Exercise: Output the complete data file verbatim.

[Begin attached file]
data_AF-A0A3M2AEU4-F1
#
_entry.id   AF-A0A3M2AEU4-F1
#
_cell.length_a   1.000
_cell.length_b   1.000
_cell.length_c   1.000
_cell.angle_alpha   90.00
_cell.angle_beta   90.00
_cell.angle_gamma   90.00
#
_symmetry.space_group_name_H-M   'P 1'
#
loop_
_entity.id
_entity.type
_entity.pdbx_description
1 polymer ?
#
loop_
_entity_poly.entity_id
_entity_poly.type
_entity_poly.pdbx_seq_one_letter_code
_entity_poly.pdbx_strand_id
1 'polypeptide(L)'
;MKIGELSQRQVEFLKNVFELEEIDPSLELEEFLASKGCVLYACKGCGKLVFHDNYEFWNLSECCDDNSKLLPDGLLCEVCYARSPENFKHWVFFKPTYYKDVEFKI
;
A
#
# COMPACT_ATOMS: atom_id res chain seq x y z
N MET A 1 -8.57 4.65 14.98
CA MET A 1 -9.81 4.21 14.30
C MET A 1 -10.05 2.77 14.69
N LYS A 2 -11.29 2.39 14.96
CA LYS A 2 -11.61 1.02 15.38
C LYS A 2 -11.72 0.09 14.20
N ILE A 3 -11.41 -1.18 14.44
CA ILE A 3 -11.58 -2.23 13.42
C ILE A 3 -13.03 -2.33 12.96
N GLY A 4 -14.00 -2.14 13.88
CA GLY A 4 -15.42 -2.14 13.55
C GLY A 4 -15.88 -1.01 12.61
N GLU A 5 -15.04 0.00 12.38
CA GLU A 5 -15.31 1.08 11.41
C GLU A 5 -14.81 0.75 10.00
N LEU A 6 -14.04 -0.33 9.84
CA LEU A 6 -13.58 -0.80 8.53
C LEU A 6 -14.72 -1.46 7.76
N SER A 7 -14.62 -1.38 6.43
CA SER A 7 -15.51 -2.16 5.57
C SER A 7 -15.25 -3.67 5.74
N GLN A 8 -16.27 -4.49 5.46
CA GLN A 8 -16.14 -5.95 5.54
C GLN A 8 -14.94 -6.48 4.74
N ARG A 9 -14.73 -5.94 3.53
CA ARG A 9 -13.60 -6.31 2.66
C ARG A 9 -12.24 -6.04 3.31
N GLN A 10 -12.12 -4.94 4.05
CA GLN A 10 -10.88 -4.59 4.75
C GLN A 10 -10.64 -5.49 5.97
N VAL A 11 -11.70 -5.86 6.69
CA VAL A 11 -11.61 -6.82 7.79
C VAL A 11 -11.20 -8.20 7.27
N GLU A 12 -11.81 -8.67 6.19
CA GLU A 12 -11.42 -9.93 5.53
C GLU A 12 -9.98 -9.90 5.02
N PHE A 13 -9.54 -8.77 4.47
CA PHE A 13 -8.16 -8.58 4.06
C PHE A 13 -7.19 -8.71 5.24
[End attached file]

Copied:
data_AF-A0A3M2AEU4-F1
#
_entry.id   AF-A0A3M2AEU4-F1
#
_cell.length_a   1.000
_cell.length_b   1.000
_cell.length_c   1.000
_cell.angle_alpha   90.00
_cell.angle_beta   90.00
_cell.angle_gamma   90.00
#
_symmetry.space_group_name_H-M   'P 1'
#
loop_
_entity.id
_entity.type
_entity.pdbx_description
1 polymer ?
#
loop_
_entity_poly.entity_id
_entity_poly.type
_entity_poly.pdbx_seq_one_letter_code
_entity_poly.pdbx_strand_id
1 'polypeptide(L)'
;MKIGELSQRQVEFLKNVFELEEIDPSLELEEFLASKGCVLYACKGCGKLVFHDNYEFWNLSECCDDNSKLLPDGLLCEVCYARSPENFKHWVFFKPTYYKDVEFKI
;
A
#
# COMPACT_ATOMS: atom_id res chain seq x y z
N MET A 1 -8.57 4.65 14.98
CA MET A 1 -9.81 4.21 14.30
C MET A 1 -10.05 2.77 14.69
N LYS A 2 -11.29 2.39 14.96
CA LYS A 2 -11.61 1.02 15.38
C LYS A 2 -11.72 0.09 14.20
N ILE A 3 -11.41 -1.18 14.44
CA ILE A 3 -11.58 -2.23 13.42
C ILE A 3 -13.03 -2.33 12.96
N GLY A 4 -14.00 -2.14 13.88
CA GLY A 4 -15.42 -2.14 13.55
C GLY A 4 -15.88 -1.01 12.61
N GLU A 5 -15.04 0.00 12.38
CA GLU A 5 -15.31 1.08 11.41
C GLU A 5 -14.81 0.75 10.00
N LEU A 6 -14.04 -0.33 9.84
CA LEU A 6 -13.58 -0.80 8.53
C LEU A 6 -14.72 -1.46 7.76
N SER A 7 -14.62 -1.38 6.43
CA SER A 7 -15.51 -2.16 5.57
C SER A 7 -15.25 -3.67 5.74
N GLN A 8 -16.27 -4.49 5.46
CA GLN A 8 -16.14 -5.95 5.54
C GLN A 8 -14.94 -6.48 4.74
N ARG A 9 -14.73 -5.94 3.53
CA ARG A 9 -13.60 -6.31 2.66
C ARG A 9 -12.24 -6.04 3.31
N GLN A 10 -12.12 -4.94 4.05
CA GLN A 10 -10.88 -4.59 4.75
C GLN A 10 -10.64 -5.49 5.97
N VAL A 11 -11.70 -5.86 6.69
CA VAL A 11 -11.61 -6.82 7.79
C VAL A 11 -11.20 -8.20 7.27
N GLU A 12 -11.81 -8.67 6.19
CA GLU A 12 -11.42 -9.93 5.53
C GLU A 12 -9.98 -9.90 5.02
N PHE A 13 -9.54 -8.77 4.47
CA PHE A 13 -8.16 -8.58 4.06
C PHE A 13 -7.19 -8.71 5.24